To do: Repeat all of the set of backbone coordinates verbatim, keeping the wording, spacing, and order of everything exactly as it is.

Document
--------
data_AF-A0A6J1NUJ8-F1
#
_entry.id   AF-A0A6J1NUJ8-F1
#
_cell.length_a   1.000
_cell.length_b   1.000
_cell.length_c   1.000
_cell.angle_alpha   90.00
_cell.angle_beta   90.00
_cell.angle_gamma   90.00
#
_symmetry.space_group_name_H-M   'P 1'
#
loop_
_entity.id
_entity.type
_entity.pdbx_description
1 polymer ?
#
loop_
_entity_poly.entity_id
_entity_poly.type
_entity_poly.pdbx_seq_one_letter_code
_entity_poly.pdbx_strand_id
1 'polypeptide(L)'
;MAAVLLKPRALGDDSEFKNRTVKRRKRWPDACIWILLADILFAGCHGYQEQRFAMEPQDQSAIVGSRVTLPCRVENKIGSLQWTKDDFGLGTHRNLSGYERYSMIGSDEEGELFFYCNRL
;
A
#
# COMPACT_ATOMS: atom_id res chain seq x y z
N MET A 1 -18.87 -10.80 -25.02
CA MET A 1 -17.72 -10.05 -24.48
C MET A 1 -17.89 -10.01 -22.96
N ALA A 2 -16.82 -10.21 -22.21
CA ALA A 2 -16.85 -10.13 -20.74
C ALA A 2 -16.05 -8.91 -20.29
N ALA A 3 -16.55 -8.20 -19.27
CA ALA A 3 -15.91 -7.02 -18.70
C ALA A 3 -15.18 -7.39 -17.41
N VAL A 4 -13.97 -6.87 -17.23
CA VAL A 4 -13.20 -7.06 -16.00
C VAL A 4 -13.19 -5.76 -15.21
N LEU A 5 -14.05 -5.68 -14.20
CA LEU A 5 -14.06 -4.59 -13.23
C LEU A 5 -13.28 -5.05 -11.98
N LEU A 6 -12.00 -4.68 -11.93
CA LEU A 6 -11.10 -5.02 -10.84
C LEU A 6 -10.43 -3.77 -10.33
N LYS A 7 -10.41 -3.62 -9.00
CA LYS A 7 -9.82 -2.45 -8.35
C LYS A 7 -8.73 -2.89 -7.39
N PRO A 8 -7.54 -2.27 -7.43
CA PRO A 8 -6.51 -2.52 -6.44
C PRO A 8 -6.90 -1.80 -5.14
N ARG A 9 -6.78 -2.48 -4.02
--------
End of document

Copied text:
data_AF-A0A6J1NUJ8-F1
#
_entry.id   AF-A0A6J1NUJ8-F1
#
_cell.length_a   1.000
_cell.length_b   1.000
_cell.length_c   1.000
_cell.angle_alpha   90.00
_cell.angle_beta   90.00
_cell.angle_gamma   90.00
#
_symmetry.space_group_name_H-M   'P 1'
#
loop_
_entity.id
_entity.type
_entity.pdbx_description
1 polymer ?
#
loop_
_entity_poly.entity_id
_entity_poly.type
_entity_poly.pdbx_seq_one_letter_code
_entity_poly.pdbx_strand_id
1 'polypeptide(L)'
;MAAVLLKPRALGDDSEFKNRTVKRRKRWPDACIWILLADILFAGCHGYQEQRFAMEPQDQSAIVGSRVTLPCRVENKIGSLQWTKDDFGLGTHRNLSGYERYSMIGSDEEGELFFYCNRL
;
A
#
# COMPACT_ATOMS: atom_id res chain seq x y z
N MET A 1 -18.87 -10.80 -25.02
CA MET A 1 -17.72 -10.05 -24.48
C MET A 1 -17.89 -10.01 -22.96
N ALA A 2 -16.82 -10.21 -22.21
CA ALA A 2 -16.85 -10.13 -20.74
C ALA A 2 -16.05 -8.91 -20.29
N ALA A 3 -16.55 -8.20 -19.27
CA ALA A 3 -15.91 -7.02 -18.70
C ALA A 3 -15.18 -7.39 -17.41
N VAL A 4 -13.97 -6.87 -17.23
CA VAL A 4 -13.20 -7.06 -16.00
C VAL A 4 -13.19 -5.76 -15.21
N LEU A 5 -14.05 -5.68 -14.20
CA LEU A 5 -14.06 -4.59 -13.23
C LEU A 5 -13.28 -5.05 -11.98
N LEU A 6 -12.00 -4.68 -11.93
CA LEU A 6 -11.10 -5.02 -10.84
C LEU A 6 -10.43 -3.77 -10.33
N LYS A 7 -10.41 -3.62 -9.00
CA LYS A 7 -9.82 -2.45 -8.35
C LYS A 7 -8.73 -2.89 -7.39
N PRO A 8 -7.54 -2.27 -7.43
CA PRO A 8 -6.51 -2.52 -6.44
C PRO A 8 -6.90 -1.80 -5.14
N ARG A 9 -6.78 -2.48 -4.02